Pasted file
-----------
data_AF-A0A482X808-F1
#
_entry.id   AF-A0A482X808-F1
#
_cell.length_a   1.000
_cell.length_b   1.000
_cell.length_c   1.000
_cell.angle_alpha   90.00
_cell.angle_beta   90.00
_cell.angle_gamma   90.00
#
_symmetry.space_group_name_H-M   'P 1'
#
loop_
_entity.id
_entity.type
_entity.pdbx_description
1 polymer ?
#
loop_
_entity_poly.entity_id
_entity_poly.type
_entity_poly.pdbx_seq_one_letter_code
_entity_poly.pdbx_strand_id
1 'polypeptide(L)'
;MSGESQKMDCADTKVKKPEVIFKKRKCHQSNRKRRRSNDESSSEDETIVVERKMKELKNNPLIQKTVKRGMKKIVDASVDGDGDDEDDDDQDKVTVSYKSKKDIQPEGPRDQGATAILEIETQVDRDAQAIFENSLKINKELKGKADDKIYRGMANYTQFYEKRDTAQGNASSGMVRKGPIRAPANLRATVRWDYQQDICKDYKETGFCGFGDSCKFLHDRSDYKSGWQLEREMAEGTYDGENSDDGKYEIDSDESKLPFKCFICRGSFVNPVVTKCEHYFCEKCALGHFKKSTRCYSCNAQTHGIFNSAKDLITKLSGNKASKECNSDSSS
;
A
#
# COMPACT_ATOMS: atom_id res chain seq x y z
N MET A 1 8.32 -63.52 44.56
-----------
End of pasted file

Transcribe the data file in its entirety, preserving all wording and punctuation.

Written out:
data_AF-A0A482X808-F1
#
_entry.id   AF-A0A482X808-F1
#
_cell.length_a   1.000
_cell.length_b   1.000
_cell.length_c   1.000
_cell.angle_alpha   90.00
_cell.angle_beta   90.00
_cell.angle_gamma   90.00
#
_symmetry.space_group_name_H-M   'P 1'
#
loop_
_entity.id
_entity.type
_entity.pdbx_description
1 polymer ?
#
loop_
_entity_poly.entity_id
_entity_poly.type
_entity_poly.pdbx_seq_one_letter_code
_entity_poly.pdbx_strand_id
1 'polypeptide(L)'
;MSGESQKMDCADTKVKKPEVIFKKRKCHQSNRKRRRSNDESSSEDETIVVERKMKELKNNPLIQKTVKRGMKKIVDASVDGDGDDEDDDDQDKVTVSYKSKKDIQPEGPRDQGATAILEIETQVDRDAQAIFENSLKINKELKGKADDKIYRGMANYTQFYEKRDTAQGNASSGMVRKGPIRAPANLRATVRWDYQQDICKDYKETGFCGFGDSCKFLHDRSDYKSGWQLEREMAEGTYDGENSDDGKYEIDSDESKLPFKCFICRGSFVNPVVTKCEHYFCEKCALGHFKKSTRCYSCNAQTHGIFNSAKDLITKLSGNKASKECNSDSSS
;
A
#
# COMPACT_ATOMS: atom_id res chain seq x y z
N MET A 1 8.32 -63.52 44.56